Power that is lost stills the presence. Customers who were about to order waited for a few moments, before giving up and exiting. No frappuccinos…no cappuccinos…no lattes. Donuts were visible, but since there was no power to operate the register they couldn’t be sold. Things came to a halt. Employees stood around not knowing what to do. Losing power was not a chapter in their employee training manuals.

I stay for another twenty minutes or so, long enough to finish my tall coffee, and then made my exit. Several other people had already gathered their belongings, laptops, and workbooks, and preceded my departure. Several stayed.

Losing power leaves people in a quandary. Will it come back? How long before it returns?

It was an object lesson for me about the church. What happens to a church that loses power? Who notices? Who quickly exits, and who waits in hopeful anticipation of its return? What do we do when the power of God is absent? Do we stand around trying to find something to busy ourselves? Do we walk around in confusion?

Hard questions for the church. Harder questions because there are times when we are much more comfortable operating under our own power than we are operating under the power of the Spirit. When the Spirit is suddenly absent how aware are we that the lights have gone off?

Perhaps another relevant question is how urgently do we pray for the moving and empowering of the Holy Spirit in our churches? Every church has its times of delight and periods of desperation, green pastures and dry deserts. Consistent praying gets us through the desert journeys. It gets us through those times when the darkness is evident and we’re not sure when the light will return.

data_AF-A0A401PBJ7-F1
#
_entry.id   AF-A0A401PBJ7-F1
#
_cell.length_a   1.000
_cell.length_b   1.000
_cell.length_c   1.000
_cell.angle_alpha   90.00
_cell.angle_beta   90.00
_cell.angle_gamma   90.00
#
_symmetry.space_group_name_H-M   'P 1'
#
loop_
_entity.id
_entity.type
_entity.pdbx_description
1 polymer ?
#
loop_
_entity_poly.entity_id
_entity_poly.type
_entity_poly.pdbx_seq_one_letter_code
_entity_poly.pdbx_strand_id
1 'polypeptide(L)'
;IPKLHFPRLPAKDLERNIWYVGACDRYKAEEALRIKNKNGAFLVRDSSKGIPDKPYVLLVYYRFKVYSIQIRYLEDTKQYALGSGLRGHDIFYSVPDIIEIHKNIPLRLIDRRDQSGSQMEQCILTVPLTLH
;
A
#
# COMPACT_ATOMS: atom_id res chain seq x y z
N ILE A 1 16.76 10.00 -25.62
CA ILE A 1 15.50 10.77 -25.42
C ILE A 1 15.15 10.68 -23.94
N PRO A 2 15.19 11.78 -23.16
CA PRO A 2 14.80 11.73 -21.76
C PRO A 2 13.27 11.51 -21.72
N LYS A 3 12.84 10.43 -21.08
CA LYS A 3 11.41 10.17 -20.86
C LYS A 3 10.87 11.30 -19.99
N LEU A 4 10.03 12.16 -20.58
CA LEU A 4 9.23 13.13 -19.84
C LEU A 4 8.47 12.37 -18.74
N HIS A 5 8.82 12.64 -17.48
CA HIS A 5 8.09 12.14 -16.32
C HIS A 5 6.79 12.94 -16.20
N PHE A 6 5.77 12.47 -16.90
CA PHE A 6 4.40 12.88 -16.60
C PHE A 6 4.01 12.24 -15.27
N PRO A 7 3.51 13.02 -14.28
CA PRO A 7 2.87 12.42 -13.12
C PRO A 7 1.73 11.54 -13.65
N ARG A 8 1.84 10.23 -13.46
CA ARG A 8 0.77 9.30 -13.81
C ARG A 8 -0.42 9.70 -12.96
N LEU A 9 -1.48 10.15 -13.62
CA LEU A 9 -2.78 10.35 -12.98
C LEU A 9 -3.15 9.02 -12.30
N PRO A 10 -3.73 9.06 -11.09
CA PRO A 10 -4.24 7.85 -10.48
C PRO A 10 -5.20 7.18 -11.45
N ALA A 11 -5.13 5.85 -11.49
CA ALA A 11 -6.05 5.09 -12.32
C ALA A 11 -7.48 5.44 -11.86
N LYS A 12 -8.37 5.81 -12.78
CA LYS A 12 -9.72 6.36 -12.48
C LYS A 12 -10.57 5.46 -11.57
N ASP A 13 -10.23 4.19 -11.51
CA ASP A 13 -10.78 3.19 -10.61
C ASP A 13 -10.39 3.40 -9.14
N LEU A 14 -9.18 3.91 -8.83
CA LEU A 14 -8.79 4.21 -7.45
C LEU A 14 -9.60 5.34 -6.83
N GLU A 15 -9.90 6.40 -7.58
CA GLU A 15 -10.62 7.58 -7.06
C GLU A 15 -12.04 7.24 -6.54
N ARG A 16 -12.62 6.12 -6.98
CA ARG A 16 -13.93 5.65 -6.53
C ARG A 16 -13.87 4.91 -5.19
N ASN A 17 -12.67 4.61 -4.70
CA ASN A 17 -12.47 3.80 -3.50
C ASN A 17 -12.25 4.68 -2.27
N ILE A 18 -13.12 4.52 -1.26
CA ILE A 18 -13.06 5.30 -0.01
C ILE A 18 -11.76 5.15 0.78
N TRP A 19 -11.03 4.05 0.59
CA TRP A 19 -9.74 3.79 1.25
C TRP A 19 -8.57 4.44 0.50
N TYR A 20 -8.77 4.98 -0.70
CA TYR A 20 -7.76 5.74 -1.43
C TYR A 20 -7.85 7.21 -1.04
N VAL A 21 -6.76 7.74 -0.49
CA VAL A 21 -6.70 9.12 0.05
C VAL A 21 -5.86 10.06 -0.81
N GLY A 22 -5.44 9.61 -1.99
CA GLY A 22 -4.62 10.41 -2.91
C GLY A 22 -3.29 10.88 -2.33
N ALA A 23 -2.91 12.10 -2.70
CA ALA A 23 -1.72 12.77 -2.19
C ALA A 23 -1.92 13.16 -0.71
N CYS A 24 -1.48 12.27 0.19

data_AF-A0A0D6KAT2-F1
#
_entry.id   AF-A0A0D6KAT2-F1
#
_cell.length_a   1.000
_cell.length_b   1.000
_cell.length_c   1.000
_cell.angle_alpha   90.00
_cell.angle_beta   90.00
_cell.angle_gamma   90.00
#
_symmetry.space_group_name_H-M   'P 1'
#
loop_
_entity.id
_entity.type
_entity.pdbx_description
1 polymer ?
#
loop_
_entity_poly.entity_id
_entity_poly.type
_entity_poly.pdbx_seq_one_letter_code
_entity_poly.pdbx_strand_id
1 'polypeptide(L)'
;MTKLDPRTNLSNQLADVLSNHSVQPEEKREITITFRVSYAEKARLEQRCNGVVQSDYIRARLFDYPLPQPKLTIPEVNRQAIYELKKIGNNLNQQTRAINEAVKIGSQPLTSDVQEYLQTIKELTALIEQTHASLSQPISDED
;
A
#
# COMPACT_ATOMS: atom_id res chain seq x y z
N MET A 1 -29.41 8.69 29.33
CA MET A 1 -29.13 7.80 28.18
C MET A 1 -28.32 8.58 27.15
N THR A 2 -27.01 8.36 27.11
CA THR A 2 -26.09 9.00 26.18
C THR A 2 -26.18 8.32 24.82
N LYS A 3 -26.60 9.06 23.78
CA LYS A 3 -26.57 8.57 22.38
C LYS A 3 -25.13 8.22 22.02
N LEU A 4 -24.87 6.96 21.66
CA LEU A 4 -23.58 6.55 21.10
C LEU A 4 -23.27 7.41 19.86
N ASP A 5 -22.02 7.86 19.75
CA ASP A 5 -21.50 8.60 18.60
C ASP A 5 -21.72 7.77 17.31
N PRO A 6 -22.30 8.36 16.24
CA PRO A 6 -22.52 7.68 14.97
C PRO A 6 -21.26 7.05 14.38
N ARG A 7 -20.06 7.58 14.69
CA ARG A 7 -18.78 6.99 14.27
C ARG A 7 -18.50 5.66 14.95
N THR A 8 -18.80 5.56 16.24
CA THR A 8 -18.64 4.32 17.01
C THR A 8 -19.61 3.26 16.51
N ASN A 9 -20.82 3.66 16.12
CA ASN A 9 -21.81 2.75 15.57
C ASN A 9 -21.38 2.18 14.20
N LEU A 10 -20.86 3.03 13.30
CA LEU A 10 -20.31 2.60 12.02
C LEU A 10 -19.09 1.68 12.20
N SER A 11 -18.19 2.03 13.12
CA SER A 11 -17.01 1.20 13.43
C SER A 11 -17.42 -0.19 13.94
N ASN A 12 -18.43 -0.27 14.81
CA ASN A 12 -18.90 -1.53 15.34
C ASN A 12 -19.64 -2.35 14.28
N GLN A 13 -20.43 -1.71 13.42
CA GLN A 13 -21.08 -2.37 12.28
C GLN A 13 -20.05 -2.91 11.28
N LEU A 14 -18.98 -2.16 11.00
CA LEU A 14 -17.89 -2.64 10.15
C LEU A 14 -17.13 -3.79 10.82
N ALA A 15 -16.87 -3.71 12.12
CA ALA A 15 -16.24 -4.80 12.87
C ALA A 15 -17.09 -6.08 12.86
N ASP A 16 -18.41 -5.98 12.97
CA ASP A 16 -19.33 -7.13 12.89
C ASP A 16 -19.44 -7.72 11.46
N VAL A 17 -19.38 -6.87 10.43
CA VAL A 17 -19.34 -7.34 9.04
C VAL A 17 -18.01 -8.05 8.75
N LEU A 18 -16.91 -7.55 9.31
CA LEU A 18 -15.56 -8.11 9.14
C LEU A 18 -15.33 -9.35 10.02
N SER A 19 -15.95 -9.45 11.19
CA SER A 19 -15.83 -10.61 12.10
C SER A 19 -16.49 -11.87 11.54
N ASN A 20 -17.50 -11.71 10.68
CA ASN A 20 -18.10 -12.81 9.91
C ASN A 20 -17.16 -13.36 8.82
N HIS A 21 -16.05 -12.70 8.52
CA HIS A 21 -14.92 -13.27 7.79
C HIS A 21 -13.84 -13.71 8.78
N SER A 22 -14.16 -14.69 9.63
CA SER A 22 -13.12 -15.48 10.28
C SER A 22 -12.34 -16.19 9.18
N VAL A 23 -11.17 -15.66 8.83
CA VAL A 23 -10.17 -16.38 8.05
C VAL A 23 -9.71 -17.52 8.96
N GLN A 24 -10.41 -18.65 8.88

I was back at Starbucks this afternoon…go figure! One of the employees who was here yesterday told me that the power came back on after about forty-five minutes. I told him that I had been in the restroom when it happened. We were able to laugh about it, but if it happens again I’m heading to McDonald’s. Their coffee is just a buck anyway…although their restrooms are more suspect!

The Disappointment of New Possibilities

April 19, 2013

WORDS FROM W.W.                                                                  April 19, 2013

 

This past week I had the door closed on me twice in regards to opportunities related to one of my passions, one of the things that I’ve been involved in that energize me. Suddenly what looked like a new venture, a new chapter, became a brick wall. A few days the brick wall re-emerged in regards to another possibility.

What does a person do when the wind is taken out of the sail? I admit that my initial reaction was one of self-pity and confusion. My ego jumped into the ring and became the center of attention. When the situation revolves around something that we are passionate about it is easy to go that way. Most of us believe that our giftedness is always affirmed with a “yes”, as it relates to the area we are gifted in. Our value gets tied up with the opportunity.

When our passions, experience, and skill get presented with a new opportunity that is seemingly in perfect harmony with them we assume this is the way of God. This is the door that is being opened for us. We even spiritualize it by saying that all we need to do is have faith to walk through it.